This court must first consider the vitality of the claim for relief and the proof presented to support that claim prior to a consideration of the question of damages. "[T]he trial court will be sustained, if it can be sustained, upon any theory which is within the issues and supported by the evidence. Phoenix Safety Investment Co. v. James, 28 Ariz. 514, 237 P. 958." Odom v. First National Bank of Arizona, 85 Ariz. 238, 336 P.2d 141 (1959). Appellants assert that appellee and its agents and employees either fraudulently or negligently failed to disclose material facts. We will first consider the claim for relief for fraudulent failure to disclose. In order to sustain the burden of proof in a claim for relief for fraud, the plaintiff must show "a concurrence of all the elements thereof." Nielson v. Flashberg, 101 Ariz. 335, 419 P.2d 514 (1966). Our review of the record reveals that appellants failed to prove at least two of the elements of actionable fraud. There is no proof of the falsity of the representations made by appellee, nor is there any proof of appellee's knowledge that the representations made were false. There is no evidence in the record before this court which suggests that appellee made any disclosures concerning subsequent employment. Appellants were therefore not entitled to relief for fraudulent failure to disclose.
Appellants' assertion of negligent failure to disclose presents a different problem. *87 This court is faced with the issue of the vitality of their claim for relief in terms of recognition by the courts of Arizona of negligent misrepresentation (or failure to disclose) as actionable.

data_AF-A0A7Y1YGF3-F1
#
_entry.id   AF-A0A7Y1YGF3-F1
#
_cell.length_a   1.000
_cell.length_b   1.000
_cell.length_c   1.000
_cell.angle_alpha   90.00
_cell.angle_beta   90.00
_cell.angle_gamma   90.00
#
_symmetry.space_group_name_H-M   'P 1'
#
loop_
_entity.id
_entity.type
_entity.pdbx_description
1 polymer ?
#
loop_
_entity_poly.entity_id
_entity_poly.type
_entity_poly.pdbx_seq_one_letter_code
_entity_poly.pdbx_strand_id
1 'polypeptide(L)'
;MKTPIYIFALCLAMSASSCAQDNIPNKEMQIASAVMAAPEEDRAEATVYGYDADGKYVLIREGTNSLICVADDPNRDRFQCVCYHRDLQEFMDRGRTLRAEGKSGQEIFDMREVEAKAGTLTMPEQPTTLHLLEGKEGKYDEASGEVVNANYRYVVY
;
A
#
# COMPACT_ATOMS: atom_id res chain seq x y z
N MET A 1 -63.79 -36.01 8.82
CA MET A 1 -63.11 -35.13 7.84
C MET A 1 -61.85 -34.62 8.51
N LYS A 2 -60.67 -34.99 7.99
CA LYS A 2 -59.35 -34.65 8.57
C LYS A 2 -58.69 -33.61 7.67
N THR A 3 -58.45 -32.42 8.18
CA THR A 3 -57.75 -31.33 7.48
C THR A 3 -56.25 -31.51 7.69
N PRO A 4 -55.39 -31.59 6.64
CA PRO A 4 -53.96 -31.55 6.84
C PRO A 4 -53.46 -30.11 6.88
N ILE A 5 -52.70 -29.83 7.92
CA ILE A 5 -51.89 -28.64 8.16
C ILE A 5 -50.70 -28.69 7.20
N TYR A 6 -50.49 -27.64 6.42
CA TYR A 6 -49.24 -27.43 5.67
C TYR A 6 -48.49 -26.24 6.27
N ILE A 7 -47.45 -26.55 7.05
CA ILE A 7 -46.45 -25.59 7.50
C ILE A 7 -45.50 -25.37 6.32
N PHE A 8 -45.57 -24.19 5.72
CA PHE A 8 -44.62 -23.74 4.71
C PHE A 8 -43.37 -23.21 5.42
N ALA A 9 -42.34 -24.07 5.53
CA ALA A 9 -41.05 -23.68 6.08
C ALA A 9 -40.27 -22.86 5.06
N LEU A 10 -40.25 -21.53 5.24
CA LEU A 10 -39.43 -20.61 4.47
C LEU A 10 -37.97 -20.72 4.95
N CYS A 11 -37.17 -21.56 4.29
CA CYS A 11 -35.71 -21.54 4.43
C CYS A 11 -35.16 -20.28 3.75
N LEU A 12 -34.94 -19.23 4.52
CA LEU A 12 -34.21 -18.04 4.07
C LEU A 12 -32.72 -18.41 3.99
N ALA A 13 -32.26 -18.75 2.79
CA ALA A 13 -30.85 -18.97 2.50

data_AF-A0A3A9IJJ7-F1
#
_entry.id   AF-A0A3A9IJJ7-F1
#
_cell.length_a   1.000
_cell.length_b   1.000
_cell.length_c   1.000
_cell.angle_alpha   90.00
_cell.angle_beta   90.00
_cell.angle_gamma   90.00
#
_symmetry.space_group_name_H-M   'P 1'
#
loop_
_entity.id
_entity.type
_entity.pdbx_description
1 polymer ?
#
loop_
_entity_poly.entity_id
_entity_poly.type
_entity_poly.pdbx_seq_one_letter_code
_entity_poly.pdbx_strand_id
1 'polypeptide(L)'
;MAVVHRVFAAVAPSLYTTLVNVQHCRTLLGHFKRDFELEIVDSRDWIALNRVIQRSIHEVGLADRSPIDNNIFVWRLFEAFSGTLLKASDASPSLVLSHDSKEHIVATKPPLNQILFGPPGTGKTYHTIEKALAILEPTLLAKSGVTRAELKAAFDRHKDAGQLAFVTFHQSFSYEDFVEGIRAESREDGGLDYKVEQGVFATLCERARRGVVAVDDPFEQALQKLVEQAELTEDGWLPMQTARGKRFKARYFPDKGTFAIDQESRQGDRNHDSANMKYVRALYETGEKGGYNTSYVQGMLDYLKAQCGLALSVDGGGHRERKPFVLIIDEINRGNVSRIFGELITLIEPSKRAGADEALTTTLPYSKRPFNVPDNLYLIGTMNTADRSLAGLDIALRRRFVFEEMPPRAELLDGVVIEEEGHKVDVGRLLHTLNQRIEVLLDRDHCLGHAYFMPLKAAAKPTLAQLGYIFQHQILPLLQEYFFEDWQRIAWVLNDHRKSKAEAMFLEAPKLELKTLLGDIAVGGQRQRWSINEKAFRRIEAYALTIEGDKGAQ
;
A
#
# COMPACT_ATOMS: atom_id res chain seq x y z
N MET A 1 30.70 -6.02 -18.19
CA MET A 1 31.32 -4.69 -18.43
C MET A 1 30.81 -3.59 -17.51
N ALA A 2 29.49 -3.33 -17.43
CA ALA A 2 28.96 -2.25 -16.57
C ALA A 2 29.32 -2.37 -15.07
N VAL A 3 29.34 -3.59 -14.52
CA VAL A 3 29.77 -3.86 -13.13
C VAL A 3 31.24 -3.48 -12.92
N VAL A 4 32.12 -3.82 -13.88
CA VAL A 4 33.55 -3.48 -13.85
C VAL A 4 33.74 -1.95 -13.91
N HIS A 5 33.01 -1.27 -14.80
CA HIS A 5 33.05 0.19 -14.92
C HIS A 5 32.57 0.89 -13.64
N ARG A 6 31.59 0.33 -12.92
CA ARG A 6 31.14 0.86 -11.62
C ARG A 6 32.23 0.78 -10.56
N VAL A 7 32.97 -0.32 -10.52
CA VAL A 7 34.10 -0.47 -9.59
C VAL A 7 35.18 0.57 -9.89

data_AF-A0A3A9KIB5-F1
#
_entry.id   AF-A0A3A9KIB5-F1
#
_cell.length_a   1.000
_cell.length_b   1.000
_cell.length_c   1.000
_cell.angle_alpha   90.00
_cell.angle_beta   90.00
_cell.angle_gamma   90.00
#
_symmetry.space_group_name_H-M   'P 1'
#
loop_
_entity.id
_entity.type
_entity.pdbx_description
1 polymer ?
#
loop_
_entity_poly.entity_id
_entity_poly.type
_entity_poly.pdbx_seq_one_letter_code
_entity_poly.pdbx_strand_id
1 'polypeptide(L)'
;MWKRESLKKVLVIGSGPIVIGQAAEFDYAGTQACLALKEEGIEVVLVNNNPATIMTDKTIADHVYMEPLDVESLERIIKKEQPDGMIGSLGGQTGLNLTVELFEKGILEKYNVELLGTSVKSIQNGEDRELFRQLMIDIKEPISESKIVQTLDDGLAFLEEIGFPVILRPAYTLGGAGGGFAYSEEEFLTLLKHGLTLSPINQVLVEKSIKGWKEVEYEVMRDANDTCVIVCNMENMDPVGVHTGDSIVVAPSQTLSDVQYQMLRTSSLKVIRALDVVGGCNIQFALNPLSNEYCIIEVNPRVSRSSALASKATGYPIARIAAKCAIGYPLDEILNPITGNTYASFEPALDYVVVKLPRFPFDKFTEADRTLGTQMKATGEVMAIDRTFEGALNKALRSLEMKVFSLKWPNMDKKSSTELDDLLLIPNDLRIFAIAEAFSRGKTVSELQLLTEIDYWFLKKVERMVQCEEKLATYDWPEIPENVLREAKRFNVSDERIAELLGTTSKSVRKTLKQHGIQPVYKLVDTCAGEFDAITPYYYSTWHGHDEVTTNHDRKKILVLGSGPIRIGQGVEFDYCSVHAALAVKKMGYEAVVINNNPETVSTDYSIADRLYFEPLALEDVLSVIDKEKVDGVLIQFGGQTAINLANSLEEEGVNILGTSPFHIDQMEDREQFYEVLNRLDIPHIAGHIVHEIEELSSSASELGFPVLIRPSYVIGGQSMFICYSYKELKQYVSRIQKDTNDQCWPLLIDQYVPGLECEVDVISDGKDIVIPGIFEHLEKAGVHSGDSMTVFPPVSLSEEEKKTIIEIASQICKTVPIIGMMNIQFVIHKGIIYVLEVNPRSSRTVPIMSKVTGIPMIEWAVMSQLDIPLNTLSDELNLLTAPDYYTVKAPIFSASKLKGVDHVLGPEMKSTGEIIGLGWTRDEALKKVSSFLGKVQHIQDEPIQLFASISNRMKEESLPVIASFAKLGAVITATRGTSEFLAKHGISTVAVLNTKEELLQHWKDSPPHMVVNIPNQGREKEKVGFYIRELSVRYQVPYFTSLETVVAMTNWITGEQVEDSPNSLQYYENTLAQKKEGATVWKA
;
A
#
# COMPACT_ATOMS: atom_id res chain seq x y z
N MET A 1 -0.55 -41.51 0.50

The Court of Appeals held, in the case of Arizona Title Insurance & Trust Co. v. O'Malley Lumber Co., 14 Ariz. App. 486, 484 P.2d 639 (1971), that damages would lie in a proper case of negligent misrepresentation. We agree. See Restatement of Torts § 552. A claim for relief for negligent misrepresentation is one governed by the principles of the law of negligence. Thus, there must be "a duty owed and a breach of that duty before one may be charged with the negligent violation of that duty." West v. Soto, 85 Ariz. 255, 336 P.2d 153 (1959).
Did the appellee owe a duty to Van Buren to tell him that the position for which he was being hired was specially funded? The record is clear that such information was never given to him although the president of the college testified that it was standard practice to impart this information to applicants for faculty positions.
The Notice of Faculty Appointment (the employment contract), in pertinent part, states:"The Board of Governors, Pima County Junior College District, has approved a recommendation of your employment, contingent on availability of funds, as follows: Position Instructor - Automotive Term of Employment Academic Year 1972-1973 August 21, 1972 thru May 18, 1973 Salary $10,600 Other Terms _______________________" ______________________
The appellant knew that the college had no system of tenure but placed reliance on the usual practice of retaining teachers from year to year whose services were acceptable to the employer. It is obvious that the term of the contract was for one year only contingent on the availability of funds. To make appellants' hopes and expectations a part of this contract would mean writing a new contract which we are not constrained to do.
Based on the record before us, we hold that there was no duty to disclose; hence, failure to disclose cannot be characterized as negligent misrepresentation.
In view of the fact that the appellee, Pima Community College District Board, did not cross-appeal, and hence did not take issue with the amount of damages awarded in the judgment, the judgment of the trial court is affirmed.
CAMERON, C.J., STRUCKMEYER, V.C.J., and HOLOHAN and GORDON, JJ., concur.